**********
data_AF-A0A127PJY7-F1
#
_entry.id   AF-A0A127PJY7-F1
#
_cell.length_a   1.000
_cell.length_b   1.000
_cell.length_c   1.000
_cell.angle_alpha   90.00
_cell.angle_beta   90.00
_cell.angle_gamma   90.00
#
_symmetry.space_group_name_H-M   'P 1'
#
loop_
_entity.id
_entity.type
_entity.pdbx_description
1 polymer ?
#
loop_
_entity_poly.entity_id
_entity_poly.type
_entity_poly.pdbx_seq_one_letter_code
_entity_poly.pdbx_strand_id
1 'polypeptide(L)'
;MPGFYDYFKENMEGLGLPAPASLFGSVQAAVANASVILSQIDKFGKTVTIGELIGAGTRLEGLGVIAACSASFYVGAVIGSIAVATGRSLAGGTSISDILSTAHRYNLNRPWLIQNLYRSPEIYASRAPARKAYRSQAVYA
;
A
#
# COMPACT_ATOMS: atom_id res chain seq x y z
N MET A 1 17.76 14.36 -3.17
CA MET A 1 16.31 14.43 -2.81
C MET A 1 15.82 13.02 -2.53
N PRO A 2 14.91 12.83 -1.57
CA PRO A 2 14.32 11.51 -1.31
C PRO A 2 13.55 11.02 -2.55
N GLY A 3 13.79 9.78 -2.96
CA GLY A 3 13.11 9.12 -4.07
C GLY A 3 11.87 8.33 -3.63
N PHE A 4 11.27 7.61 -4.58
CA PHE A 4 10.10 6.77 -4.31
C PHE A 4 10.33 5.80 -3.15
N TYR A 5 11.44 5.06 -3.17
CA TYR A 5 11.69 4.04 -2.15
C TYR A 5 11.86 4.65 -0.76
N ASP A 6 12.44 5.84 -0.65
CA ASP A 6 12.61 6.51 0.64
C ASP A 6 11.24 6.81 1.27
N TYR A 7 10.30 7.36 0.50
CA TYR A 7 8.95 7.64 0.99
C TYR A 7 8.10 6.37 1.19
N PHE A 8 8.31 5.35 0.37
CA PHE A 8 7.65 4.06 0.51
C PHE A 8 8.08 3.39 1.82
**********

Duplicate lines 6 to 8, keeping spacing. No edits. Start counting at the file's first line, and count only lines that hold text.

_cell.length_b   1.000
_cell.length_c   1.000
_cell.angle_alpha   90.00